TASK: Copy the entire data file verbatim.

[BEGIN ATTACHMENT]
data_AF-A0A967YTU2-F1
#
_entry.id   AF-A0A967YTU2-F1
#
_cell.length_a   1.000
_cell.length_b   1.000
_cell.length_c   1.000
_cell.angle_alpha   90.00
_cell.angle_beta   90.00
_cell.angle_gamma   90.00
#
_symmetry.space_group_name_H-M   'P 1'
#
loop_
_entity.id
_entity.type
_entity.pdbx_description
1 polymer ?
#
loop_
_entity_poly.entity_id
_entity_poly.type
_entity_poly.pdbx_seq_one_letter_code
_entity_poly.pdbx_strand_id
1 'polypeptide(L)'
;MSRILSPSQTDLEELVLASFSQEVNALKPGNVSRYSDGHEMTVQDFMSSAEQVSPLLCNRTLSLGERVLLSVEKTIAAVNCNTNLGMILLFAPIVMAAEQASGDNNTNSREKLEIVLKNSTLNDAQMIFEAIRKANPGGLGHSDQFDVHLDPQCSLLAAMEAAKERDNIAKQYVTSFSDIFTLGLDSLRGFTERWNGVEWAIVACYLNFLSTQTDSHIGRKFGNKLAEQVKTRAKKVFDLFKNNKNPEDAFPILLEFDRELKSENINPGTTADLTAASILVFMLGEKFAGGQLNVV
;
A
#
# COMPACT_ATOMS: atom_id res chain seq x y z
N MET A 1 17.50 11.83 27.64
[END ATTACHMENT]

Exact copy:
data_AF-A0A967YTU2-F1
#
_entry.id   AF-A0A967YTU2-F1
#
_cell.length_a   1.000
_cell.length_b   1.000
_cell.length_c   1.000
_cell.angle_alpha   90.00
_cell.angle_beta   90.00
_cell.angle_gamma   90.00
#
_symmetry.space_group_name_H-M   'P 1'
#
loop_
_entity.id
_entity.type
_entity.pdbx_description
1 polymer ?
#
loop_
_entity_poly.entity_id
_entity_poly.type
_entity_poly.pdbx_seq_one_letter_code
_entity_poly.pdbx_strand_id
1 'polypeptide(L)'
;MSRILSPSQTDLEELVLASFSQEVNALKPGNVSRYSDGHEMTVQDFMSSAEQVSPLLCNRTLSLGERVLLSVEKTIAAVNCNTNLGMILLFAPIVMAAEQASGDNNTNSREKLEIVLKNSTLNDAQMIFEAIRKANPGGLGHSDQFDVHLDPQCSLLAAMEAAKERDNIAKQYVTSFSDIFTLGLDSLRGFTERWNGVEWAIVACYLNFLSTQTDSHIGRKFGNKLAEQVKTRAKKVFDLFKNNKNPEDAFPILLEFDRELKSENINPGTTADLTAASILVFMLGEKFAGGQLNVV
;
A
#
# COMPACT_ATOMS: atom_id res chain seq x y z
N MET A 1 17.50 11.83 27.64